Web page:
Easter comes late on the calendar this year, and with Easter comes the annual tradition of rerunning the religious epics of the 1950s. Lavish and overproduced, these spectacles often show harrowing depictions of the bread and circus festivals of ancient Rome.
Washington has eschewed the gorier trappings of bread and circuses, but make no mistake. The tradition is alive and thriving. Remember the stimulus checks doled out after tax season last year?
We were treated to another festival last week, as Congress vexed, pontificated, and threatened dire consequences for the loss of taxpayer funds to the greedy black maw of AIG. Of course, Congress has to be loud about this, because they want us to ignore the elephant in the corner of the room. The bonus scandal is not AIG’s fault, or the fault of any of the other financial predators who will come under scrutiny in the weeks to come. The fault lies with Congress.
Congress rarely acts quickly, but $700 billion was appropriated in an instant last fall in a hastily-made decision of immense magnitude. Mistakes were made, and billions were doled out with few strings attached. How could anyone possibly be surprised that taxpayer money was used to fund the enormous bribes that, we are assured, prevent financial sector employees from fleeing, en masse, to better-paying competitors?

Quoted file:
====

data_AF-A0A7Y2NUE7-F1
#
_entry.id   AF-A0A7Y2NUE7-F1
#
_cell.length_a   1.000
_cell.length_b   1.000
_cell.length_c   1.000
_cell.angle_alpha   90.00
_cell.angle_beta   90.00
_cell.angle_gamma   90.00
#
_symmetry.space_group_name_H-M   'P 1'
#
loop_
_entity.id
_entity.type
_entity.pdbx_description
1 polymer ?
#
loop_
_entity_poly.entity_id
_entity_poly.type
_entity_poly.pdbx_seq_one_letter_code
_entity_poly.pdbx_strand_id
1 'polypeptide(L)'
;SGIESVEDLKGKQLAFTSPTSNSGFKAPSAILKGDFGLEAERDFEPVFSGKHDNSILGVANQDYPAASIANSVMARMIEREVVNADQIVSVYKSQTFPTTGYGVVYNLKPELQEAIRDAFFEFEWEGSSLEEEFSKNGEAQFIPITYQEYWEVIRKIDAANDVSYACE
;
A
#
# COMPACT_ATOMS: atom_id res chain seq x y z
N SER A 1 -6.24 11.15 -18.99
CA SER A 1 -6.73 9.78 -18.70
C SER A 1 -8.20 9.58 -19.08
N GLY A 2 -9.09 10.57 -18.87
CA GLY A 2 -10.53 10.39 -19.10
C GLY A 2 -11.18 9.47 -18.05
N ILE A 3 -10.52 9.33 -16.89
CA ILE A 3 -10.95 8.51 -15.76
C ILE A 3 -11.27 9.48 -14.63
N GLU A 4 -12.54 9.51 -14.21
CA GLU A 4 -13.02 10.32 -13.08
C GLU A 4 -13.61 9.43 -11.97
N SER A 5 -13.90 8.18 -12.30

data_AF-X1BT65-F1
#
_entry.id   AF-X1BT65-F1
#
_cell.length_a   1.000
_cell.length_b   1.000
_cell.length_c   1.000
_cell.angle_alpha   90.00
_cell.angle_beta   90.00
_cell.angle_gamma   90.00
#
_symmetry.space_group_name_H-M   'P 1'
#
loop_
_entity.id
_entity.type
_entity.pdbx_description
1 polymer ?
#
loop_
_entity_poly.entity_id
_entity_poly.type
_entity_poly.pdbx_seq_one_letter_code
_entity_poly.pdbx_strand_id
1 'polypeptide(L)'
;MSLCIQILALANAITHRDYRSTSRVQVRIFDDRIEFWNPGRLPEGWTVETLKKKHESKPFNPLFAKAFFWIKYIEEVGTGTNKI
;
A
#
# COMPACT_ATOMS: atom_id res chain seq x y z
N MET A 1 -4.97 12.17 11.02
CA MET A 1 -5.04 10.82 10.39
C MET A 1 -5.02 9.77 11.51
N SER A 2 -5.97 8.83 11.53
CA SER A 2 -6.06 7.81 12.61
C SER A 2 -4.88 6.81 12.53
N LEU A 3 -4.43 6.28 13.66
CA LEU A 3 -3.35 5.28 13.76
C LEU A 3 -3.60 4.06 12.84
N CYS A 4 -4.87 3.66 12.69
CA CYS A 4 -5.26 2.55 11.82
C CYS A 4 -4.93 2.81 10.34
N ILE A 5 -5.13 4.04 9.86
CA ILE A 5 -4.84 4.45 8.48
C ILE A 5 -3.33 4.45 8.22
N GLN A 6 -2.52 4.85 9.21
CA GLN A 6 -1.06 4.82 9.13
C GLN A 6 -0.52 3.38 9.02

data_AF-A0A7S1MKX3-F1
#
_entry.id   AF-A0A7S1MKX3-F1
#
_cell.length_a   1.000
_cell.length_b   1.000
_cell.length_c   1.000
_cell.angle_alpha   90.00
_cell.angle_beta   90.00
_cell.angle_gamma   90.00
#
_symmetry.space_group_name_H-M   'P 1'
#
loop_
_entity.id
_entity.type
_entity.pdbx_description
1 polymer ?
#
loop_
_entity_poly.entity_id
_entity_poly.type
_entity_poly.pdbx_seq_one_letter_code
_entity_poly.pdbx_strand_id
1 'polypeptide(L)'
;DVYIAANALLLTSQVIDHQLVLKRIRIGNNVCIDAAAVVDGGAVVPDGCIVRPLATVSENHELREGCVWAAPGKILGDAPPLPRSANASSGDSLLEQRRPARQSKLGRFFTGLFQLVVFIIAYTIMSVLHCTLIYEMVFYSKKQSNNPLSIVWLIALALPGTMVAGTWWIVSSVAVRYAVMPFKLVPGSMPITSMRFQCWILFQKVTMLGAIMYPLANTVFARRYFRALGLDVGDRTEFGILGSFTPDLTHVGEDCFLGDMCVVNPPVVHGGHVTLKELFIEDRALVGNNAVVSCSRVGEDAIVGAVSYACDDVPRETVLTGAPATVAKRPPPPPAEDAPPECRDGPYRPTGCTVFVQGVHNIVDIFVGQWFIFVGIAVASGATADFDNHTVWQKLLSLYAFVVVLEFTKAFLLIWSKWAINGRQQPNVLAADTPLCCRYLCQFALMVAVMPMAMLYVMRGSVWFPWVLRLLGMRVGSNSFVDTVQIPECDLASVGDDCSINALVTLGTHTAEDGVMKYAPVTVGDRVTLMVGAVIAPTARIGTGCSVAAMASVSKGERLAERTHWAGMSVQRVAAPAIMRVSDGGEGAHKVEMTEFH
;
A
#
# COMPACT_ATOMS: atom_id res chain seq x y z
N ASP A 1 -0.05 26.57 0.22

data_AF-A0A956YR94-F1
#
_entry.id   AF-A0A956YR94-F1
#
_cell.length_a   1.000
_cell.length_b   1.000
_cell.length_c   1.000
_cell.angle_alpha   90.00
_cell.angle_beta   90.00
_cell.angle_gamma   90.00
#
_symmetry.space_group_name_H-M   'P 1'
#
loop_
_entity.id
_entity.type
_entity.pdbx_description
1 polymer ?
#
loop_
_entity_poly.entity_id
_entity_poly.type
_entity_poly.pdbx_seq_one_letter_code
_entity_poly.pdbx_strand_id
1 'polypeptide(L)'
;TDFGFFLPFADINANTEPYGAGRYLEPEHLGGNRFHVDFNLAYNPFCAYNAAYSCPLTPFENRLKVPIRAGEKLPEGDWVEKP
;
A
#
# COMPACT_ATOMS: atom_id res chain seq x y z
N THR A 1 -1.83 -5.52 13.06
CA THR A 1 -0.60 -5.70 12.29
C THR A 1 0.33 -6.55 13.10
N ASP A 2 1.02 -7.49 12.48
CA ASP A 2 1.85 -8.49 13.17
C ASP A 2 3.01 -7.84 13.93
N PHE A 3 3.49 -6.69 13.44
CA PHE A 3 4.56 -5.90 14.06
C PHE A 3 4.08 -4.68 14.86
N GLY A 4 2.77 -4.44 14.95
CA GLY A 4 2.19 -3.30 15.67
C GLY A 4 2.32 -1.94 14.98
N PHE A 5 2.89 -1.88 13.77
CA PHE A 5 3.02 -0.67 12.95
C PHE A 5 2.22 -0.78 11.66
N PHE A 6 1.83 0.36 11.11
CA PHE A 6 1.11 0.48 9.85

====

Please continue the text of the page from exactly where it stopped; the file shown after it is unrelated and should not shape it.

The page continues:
At least a portion of the bonuses appear to be contractually obligated, which should have mandated guidelines for use of the TARP. Hank Paulson came from Wall Street. Was he not paying attention? Worse yet, the legislation was drafted with a back door that prevents recouping the bonuses, a point hammered home last week by Christopher Dodd’s frantic backpedaling about his role in the debacle.
Congress is now directing its self-serving outrage at private sector compensation, setting a precedent to regulate incomes by taxing the bonuses into non-existence. Legislation to that effect passed the House last Thursday. If we allow them to continue down this path, we have only ourselves to blame for the consequences. Remember, these are the same people who are fundamentally incapable of addressing issues related to their own compensation, such as term limits, curbs on lobbying, and campaign finance reform.
Enough is enough. Before Congress feeds our future to the lions, they should focus on something they have proved they can handle. Like finding a wolf to guard their chicken coop.